The archeological dig uncovered several Neolithic villages within the area, as well as an avenue leading to Stonehenge. This is an important find, as it gives us a greater idea about the people who built Stonehenge.
Pat even showed us pictures from the dig.
After a short lecture on Durrington Walls and its connection to Stonehenge, we walked back to the van and Pat drove us to Stonehenge.
I caught my first glimpse of the great stones and my heart beat faster.
First glimpse of Stonehenge
Stonehenge figures greatly in my own book, as Will and his friends discover that it’s actually a portal to the Otherworlds. I was so eager to see the stones up close and Pat’s lectures were fueling my excitement.
In the Spring, Stonehenge is open to the public until 6PM. We got there at 4:15PM, and Pat led us through the ticket gates and told us that we had about 30 minutes to buy from the gift shop, as it would be closed during our inner circle tour.
Maiko went around the shop and took a video of the surrounding area, knowing that I might need it as reference for my book.
I bought several souvenirs for me and family members back home. I would have bought more if time permitted, and if I wasn’t so worried about running out of funds before our tour was over.
From 4:45PM – 6PM, Pat took us on a walking tour of the area surrounding Stonehenge. We walked across the landscape and saw some barrows (or burial mounds) up close.
We stopped to sit on the grass near one of these mounds and Pat told us about the different kinds of barrows and what was said to lie beneath them.
We walked further into the landscape, trying to avoid the many sheep droppings that littered almost every square inch of the area.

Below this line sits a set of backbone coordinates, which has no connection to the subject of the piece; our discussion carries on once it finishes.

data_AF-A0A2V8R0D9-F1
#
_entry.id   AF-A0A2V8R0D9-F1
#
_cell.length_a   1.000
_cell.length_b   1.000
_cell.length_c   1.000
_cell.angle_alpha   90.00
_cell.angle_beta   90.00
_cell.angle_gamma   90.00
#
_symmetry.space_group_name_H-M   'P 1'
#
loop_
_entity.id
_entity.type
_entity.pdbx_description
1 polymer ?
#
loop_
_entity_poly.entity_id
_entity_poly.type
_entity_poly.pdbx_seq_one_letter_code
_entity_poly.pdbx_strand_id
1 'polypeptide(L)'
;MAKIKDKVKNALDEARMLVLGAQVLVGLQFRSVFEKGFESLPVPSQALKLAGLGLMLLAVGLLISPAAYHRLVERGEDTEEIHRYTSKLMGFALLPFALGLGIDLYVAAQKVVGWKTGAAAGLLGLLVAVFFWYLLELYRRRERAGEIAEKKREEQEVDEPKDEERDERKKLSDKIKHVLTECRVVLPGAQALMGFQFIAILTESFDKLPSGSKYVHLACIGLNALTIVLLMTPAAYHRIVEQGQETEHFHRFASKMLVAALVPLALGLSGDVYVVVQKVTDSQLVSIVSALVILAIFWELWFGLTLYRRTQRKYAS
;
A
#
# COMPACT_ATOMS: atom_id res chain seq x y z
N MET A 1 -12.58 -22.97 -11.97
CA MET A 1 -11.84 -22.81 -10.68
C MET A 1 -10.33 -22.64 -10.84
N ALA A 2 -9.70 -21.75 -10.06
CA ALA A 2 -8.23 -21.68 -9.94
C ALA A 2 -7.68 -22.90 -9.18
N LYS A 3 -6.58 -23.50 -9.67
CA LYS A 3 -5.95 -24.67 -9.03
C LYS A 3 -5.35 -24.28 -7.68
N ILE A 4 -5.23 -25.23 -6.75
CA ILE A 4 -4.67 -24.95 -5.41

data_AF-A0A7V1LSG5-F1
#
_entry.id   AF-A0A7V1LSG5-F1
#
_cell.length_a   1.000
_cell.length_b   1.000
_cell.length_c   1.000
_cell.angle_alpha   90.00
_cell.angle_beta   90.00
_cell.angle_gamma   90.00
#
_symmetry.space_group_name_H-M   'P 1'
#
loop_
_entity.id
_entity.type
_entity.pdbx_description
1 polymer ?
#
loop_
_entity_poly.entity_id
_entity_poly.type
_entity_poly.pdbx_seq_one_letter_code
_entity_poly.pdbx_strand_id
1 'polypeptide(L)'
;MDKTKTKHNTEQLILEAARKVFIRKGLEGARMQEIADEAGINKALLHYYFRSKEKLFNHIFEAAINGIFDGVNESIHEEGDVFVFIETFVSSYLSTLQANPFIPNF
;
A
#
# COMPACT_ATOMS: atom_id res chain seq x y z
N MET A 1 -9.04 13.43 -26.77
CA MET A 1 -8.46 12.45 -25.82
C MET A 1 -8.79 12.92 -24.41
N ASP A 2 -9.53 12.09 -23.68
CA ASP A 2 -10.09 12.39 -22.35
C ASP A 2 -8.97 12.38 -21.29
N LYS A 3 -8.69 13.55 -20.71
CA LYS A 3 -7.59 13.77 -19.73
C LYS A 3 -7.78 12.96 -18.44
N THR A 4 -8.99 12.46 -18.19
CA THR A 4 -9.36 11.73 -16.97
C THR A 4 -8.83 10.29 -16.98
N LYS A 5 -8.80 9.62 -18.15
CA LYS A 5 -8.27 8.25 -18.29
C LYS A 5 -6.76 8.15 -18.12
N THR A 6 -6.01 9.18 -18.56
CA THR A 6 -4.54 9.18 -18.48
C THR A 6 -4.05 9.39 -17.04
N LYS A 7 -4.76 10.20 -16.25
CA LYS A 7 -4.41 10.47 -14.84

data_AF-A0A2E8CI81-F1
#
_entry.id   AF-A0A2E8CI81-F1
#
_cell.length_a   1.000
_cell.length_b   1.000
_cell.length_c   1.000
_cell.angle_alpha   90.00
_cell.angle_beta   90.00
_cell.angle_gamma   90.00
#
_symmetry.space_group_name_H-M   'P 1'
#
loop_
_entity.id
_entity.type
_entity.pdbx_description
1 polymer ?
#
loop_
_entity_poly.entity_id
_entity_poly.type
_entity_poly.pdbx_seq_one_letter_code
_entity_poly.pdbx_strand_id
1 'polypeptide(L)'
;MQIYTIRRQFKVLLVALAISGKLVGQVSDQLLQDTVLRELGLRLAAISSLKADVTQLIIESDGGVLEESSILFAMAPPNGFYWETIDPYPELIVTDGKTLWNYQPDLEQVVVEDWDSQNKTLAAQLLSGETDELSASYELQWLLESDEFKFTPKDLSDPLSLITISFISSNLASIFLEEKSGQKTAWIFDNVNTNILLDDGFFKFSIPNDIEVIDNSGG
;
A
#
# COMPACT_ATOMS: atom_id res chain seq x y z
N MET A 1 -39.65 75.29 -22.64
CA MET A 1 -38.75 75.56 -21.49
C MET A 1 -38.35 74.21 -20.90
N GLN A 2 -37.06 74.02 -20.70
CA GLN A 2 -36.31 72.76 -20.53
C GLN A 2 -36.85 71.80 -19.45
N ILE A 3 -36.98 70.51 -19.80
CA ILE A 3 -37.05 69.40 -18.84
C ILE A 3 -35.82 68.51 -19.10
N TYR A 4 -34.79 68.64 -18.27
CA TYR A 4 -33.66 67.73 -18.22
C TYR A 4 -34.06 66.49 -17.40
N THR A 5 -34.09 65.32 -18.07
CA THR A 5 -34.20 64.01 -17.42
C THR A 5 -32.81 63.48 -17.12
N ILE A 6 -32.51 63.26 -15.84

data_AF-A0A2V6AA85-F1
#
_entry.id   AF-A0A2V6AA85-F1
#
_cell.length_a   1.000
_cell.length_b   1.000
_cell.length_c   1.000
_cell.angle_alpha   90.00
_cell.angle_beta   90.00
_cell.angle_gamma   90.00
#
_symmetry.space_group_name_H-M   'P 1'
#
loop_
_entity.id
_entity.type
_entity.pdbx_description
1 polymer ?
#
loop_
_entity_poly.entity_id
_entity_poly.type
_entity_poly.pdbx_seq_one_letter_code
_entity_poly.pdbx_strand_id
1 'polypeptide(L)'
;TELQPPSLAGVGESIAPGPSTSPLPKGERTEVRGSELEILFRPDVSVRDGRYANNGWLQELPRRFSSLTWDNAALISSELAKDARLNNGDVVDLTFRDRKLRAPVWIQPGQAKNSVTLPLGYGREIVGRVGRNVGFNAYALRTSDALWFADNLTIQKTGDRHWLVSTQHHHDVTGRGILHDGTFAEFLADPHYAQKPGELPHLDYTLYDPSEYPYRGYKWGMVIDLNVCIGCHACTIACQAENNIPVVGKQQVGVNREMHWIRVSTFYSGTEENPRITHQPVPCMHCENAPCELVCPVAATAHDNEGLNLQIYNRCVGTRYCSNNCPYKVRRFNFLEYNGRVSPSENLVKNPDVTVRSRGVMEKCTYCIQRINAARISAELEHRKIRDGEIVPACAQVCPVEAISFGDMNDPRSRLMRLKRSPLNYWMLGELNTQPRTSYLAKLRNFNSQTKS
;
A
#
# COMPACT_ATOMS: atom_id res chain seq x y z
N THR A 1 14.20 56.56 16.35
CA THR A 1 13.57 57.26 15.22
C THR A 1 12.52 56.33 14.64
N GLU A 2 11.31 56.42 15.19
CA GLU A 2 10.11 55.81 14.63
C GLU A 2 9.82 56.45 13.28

We saw part of the Cursus, an unusual monument that runs for 1 ¾ miles across the landscape. It dates back to 3000 BC but its purpose and use is unknown.
We walked to the bottom of the Avenue that runs up to Stonehenge. The Avenue was built around 2400 BC and connects Stonehenge with the River Avon 1.5 miles away.
Pat led us to a part of the field where he made us face him and made us promise not to turn around until he told us to. He promised to give us the best view of Stonehenge. He explained where we were in relation to the Avenue and Stonehenge, and then finally made us turn around.
Excited, we turned around and saw—
Confused, we looked at Pat. Pat told us that our ancestors took the journey we were taking now, and that over that hill, we would experience what they must have experience as they made the journey to Stonehenge thousands of years ago. He advised us to keep our cameras ready, and that we should keep our cameras set on a wide angle to get the best effect.
I kept my camera trained on the hill before me. I walked up the path, and the tips of the great Stonehenge come into view. As we continued to walk on the Avenue, Stonehenge continued to grow closer and larger.
It was such an amazing sight and the sheep droppings I was stepping on was quite forgotten.
Maiko unfortunately missed half of it, as she made the ultimate sacrifice and went back to the van with Pat to get me some batteries for my dying camera.